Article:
The Simmons Hanly Conroy has filed a lawsuit against the three largest voting machine manufacturers for infringing the AVANTE International Technology Corporation’s Voter Verifiable Paper Audit Trail (VVPAT) and optical scan patents.
Named in the suit are Diebold Election Systems, Election Systems & Software, Inc. (ES&S), and Sequoia Voting Systems. The suit was filed on behalf of Kevin Chung, CEO of Avante International Technology Corporation, Inc., the inventor of these patents.
AVANTE’s VVPAT and optical scanning (which include automatic ballot-marking) patents allow voters to verify that their electronically-cast ballots are being accurately counted while also allowing for auditability between the paper record and the electronic record.
The AVANTE technology directly addresses widespread skepticism about the integrity of electronic voting, solving a problem that has threatened to undermine public faith in a process tainted in recent elections by allegations of computer manipulation.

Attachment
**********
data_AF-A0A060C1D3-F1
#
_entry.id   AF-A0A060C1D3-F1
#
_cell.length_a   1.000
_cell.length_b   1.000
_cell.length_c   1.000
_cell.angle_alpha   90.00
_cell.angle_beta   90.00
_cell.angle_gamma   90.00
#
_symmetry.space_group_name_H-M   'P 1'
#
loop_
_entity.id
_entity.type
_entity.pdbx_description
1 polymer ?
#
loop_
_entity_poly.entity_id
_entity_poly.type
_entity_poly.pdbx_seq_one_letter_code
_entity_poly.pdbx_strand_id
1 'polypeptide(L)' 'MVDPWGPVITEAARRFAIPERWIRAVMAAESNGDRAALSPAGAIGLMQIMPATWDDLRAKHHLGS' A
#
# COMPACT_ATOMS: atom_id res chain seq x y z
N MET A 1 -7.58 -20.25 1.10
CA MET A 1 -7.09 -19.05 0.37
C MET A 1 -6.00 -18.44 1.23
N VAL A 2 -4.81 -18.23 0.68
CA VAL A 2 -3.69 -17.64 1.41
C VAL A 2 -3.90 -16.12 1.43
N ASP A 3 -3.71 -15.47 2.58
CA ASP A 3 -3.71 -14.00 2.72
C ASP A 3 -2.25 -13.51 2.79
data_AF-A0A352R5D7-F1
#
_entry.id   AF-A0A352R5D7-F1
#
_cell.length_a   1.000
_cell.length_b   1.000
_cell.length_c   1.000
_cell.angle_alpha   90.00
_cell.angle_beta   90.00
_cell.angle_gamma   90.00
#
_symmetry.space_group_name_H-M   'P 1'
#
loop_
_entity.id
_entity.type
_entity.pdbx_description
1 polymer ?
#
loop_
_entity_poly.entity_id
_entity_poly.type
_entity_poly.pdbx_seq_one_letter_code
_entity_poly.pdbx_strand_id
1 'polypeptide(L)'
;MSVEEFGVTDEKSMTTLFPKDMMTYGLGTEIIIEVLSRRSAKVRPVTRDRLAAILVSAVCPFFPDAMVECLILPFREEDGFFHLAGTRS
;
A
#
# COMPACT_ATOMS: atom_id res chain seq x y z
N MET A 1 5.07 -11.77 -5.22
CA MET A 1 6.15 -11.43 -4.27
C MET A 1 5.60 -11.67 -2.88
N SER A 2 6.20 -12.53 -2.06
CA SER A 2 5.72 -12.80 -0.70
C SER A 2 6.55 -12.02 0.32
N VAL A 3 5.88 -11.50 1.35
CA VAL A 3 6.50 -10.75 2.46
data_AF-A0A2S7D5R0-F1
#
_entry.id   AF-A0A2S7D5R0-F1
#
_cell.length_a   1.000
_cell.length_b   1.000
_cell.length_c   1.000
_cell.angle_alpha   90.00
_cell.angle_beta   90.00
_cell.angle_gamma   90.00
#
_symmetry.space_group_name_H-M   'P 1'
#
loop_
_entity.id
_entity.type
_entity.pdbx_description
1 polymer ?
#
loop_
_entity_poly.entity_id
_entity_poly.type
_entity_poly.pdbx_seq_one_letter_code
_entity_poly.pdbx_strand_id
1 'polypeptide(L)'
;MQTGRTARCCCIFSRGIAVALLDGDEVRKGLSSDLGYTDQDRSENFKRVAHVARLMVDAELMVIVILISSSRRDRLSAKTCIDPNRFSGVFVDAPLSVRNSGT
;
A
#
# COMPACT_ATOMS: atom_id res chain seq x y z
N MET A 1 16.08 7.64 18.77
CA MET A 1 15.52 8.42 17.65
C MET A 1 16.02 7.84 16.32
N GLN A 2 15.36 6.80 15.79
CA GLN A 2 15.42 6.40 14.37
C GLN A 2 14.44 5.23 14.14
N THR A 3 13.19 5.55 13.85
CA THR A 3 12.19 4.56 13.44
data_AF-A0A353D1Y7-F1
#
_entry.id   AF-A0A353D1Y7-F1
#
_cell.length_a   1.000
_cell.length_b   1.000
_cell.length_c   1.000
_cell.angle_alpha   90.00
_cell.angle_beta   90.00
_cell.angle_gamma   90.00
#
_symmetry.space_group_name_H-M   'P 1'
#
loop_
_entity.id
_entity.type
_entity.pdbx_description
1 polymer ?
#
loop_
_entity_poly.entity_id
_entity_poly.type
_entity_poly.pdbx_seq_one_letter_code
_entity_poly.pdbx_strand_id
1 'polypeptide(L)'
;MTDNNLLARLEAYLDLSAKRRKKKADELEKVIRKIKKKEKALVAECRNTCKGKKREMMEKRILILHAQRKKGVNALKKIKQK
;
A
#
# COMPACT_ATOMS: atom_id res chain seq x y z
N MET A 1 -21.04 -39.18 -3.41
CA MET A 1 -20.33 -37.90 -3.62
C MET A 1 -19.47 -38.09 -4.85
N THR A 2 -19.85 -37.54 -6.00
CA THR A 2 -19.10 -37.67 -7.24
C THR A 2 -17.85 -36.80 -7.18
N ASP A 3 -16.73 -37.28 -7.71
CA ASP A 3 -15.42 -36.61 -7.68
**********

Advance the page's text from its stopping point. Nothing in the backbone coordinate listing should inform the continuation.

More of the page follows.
“AVANTE isn’t the only victim here,” said Paul Lesko, Simmons Hanly Conroy lawyer representing AVANTE. “Local governments, acting in good faith in determining which electronic voting system would serve the needs of their districts, also have every reason to be upset at these companies.
“We believe the evidence will show that these companies sold infringing equipment to public officials, and that they did so consciously, with knowledge of AVANTE’s intellectual property,” added Mr. Lesko.
The Simmons Hanly Conroy is seeking damages and an injunction on behalf of AVANTE.